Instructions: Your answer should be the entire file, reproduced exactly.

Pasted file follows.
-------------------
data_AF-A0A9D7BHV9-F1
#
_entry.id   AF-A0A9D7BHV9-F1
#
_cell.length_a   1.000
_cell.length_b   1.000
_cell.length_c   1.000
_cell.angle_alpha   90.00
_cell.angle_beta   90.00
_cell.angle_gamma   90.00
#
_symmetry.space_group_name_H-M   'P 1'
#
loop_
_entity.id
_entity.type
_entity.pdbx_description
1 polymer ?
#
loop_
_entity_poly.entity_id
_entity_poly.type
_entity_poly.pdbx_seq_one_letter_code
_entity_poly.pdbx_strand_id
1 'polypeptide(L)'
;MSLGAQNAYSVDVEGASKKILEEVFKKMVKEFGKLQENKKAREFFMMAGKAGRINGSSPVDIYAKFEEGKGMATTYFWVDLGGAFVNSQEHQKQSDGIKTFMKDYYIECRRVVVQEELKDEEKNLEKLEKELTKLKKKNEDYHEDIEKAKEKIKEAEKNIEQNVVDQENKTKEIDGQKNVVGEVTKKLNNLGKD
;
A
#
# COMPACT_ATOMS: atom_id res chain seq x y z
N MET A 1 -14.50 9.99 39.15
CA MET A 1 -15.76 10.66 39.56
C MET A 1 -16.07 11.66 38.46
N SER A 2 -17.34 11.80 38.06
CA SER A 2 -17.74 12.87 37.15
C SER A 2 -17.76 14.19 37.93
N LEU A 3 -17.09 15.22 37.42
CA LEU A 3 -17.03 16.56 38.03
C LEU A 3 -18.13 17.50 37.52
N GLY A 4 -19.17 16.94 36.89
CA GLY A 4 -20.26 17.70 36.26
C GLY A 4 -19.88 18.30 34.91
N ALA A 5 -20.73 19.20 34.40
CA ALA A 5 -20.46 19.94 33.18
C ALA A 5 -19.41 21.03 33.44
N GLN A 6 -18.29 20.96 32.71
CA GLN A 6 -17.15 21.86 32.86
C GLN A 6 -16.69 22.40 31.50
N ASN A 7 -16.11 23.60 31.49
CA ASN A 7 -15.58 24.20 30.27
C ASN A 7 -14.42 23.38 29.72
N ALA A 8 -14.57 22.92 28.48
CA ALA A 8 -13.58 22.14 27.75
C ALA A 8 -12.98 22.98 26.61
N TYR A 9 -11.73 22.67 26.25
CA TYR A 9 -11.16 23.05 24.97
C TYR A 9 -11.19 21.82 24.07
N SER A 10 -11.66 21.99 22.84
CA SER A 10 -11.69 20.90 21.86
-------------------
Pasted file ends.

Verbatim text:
data_AF-A0A9D7BHV9-F1
#
_entry.id   AF-A0A9D7BHV9-F1
#
_cell.length_a   1.000
_cell.length_b   1.000
_cell.length_c   1.000
_cell.angle_alpha   90.00
_cell.angle_beta   90.00
_cell.angle_gamma   90.00
#
_symmetry.space_group_name_H-M   'P 1'
#
loop_
_entity.id
_entity.type
_entity.pdbx_description
1 polymer ?
#
loop_
_entity_poly.entity_id
_entity_poly.type
_entity_poly.pdbx_seq_one_letter_code
_entity_poly.pdbx_strand_id
1 'polypeptide(L)'
;MSLGAQNAYSVDVEGASKKILEEVFKKMVKEFGKLQENKKAREFFMMAGKAGRINGSSPVDIYAKFEEGKGMATTYFWVDLGGAFVNSQEHQKQSDGIKTFMKDYYIECRRVVVQEELKDEEKNLEKLEKELTKLKKKNEDYHEDIEKAKEKIKEAEKNIEQNVVDQENKTKEIDGQKNVVGEVTKKLNNLGKD
;
A
#
# COMPACT_ATOMS: atom_id res chain seq x y z
N MET A 1 -14.50 9.99 39.15
CA MET A 1 -15.76 10.66 39.56
C MET A 1 -16.07 11.66 38.46
N SER A 2 -17.34 11.80 38.06
CA SER A 2 -17.74 12.87 37.15
C SER A 2 -17.76 14.19 37.93
N LEU A 3 -17.09 15.22 37.42
CA LEU A 3 -17.03 16.56 38.03
C LEU A 3 -18.13 17.50 37.52
N GLY A 4 -19.17 16.94 36.89
CA GLY A 4 -20.26 17.70 36.26
C GLY A 4 -19.88 18.30 34.91
N ALA A 5 -20.73 19.20 34.40
CA ALA A 5 -20.46 19.94 33.18
C ALA A 5 -19.41 21.03 33.44
N GLN A 6 -18.29 20.96 32.71
CA GLN A 6 -17.15 21.86 32.86
C GLN A 6 -16.69 22.40 31.50
N ASN A 7 -16.11 23.60 31.49
CA ASN A 7 -15.58 24.20 30.27
C ASN A 7 -14.42 23.38 29.72
N ALA A 8 -14.57 22.92 28.48
CA ALA A 8 -13.58 22.14 27.75
C ALA A 8 -12.98 22.98 26.61
N TYR A 9 -11.73 22.67 26.25
CA TYR A 9 -11.16 23.05 24.97
C TYR A 9 -11.19 21.82 24.07
N SER A 10 -11.66 21.99 22.84
CA SER A 10 -11.69 20.90 21.86